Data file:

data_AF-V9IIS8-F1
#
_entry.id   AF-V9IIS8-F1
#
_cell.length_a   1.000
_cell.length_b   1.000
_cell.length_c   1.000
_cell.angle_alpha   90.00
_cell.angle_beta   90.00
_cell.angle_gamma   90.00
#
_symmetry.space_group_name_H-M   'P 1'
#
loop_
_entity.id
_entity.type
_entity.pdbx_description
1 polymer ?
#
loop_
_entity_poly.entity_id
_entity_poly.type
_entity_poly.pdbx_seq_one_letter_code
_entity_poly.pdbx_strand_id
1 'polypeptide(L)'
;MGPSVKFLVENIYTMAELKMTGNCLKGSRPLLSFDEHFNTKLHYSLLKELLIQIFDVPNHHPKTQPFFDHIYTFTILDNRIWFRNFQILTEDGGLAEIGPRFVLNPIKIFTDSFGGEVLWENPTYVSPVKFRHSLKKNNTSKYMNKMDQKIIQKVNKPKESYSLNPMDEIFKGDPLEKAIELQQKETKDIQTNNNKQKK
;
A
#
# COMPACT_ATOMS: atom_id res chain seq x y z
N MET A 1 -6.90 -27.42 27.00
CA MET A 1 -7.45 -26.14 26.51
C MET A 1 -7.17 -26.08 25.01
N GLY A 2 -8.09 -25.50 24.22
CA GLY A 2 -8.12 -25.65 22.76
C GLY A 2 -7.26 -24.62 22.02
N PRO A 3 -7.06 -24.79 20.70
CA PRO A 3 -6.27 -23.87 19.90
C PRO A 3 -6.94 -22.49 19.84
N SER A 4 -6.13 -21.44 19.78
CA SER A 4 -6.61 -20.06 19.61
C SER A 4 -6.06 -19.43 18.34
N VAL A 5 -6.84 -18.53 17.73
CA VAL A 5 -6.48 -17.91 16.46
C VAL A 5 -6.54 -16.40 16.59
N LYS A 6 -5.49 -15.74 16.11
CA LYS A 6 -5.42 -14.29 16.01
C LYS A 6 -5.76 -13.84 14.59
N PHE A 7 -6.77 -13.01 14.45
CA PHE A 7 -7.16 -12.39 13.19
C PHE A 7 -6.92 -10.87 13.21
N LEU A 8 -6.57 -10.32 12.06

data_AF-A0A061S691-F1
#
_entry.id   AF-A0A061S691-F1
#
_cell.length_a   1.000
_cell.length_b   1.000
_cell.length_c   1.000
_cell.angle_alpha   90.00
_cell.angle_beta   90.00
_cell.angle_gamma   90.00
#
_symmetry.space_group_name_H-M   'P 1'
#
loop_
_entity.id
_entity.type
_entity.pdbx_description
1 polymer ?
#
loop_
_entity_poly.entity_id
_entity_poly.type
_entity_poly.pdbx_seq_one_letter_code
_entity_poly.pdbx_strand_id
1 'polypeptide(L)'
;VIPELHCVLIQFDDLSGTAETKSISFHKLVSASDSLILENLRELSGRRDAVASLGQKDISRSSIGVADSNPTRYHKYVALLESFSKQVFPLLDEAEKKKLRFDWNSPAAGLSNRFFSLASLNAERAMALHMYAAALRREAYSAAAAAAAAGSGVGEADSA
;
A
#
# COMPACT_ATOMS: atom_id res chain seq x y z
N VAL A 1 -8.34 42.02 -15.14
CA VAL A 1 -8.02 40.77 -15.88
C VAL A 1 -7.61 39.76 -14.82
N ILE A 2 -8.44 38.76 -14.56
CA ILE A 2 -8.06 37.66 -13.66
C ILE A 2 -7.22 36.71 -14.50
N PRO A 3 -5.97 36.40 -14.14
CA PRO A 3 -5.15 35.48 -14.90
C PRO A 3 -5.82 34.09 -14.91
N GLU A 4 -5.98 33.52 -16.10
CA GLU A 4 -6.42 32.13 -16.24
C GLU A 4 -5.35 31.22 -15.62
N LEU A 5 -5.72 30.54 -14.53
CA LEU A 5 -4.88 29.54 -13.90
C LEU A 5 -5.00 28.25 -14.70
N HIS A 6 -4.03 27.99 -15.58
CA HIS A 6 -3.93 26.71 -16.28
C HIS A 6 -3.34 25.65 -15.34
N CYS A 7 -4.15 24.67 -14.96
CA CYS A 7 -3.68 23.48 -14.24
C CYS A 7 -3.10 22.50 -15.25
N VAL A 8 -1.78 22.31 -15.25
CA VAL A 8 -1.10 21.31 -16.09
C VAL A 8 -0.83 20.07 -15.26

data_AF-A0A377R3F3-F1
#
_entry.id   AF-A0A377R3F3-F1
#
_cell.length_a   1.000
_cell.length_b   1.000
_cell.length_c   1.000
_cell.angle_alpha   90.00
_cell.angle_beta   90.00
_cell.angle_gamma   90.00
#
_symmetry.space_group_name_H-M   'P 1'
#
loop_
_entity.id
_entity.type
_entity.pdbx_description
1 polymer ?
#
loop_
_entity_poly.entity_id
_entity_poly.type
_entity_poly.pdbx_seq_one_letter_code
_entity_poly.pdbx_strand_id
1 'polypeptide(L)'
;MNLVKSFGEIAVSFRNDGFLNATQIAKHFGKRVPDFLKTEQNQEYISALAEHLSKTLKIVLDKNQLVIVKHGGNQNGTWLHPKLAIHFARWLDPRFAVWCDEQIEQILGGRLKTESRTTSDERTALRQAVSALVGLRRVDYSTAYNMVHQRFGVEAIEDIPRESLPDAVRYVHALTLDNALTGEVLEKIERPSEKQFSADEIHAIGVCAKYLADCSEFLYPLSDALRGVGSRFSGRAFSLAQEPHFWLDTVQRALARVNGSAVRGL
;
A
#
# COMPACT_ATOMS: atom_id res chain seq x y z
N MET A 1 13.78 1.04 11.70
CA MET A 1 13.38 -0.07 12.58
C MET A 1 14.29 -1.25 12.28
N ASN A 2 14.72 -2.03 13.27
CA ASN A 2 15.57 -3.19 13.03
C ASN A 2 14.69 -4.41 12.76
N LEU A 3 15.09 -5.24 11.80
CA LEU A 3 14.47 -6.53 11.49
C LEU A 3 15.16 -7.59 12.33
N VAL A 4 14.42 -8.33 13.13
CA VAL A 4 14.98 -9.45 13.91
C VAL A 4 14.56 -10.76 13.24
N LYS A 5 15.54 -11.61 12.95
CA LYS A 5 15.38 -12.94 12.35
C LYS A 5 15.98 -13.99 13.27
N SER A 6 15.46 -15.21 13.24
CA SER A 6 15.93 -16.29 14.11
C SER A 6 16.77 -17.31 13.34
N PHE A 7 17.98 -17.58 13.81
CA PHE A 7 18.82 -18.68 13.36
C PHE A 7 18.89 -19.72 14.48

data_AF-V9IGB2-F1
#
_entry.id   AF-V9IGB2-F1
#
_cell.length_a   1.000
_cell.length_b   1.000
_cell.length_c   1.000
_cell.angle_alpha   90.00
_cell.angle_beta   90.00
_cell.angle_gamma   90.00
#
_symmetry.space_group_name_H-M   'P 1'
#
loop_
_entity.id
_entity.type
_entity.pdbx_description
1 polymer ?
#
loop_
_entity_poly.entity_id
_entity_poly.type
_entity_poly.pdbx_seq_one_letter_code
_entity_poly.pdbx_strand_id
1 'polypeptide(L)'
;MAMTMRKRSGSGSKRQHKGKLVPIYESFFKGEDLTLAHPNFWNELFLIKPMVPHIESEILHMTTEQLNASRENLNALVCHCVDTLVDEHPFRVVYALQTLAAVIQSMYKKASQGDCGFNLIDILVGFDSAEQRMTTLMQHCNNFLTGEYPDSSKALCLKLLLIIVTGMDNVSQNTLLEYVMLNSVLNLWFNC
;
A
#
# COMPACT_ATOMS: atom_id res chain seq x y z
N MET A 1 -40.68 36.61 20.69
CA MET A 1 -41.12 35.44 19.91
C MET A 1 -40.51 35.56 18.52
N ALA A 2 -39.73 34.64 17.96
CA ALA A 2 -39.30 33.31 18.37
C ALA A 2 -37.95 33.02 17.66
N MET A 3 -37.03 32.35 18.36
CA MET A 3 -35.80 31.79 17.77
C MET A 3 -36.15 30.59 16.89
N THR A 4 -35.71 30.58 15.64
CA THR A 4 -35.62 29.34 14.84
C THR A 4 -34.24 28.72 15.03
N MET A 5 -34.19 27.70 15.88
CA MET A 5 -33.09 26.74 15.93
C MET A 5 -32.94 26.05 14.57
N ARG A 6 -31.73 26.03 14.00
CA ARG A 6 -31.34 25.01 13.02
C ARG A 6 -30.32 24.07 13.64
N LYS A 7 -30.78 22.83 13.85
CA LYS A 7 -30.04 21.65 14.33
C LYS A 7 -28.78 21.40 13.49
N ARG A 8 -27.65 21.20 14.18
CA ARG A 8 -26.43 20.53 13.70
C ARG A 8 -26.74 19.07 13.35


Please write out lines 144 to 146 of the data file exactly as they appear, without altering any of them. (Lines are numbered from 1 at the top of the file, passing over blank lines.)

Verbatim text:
CA LEU A 3 14.47 -6.53 11.49
C LEU A 3 15.16 -7.59 12.33
N VAL A 4 14.42 -8.33 13.13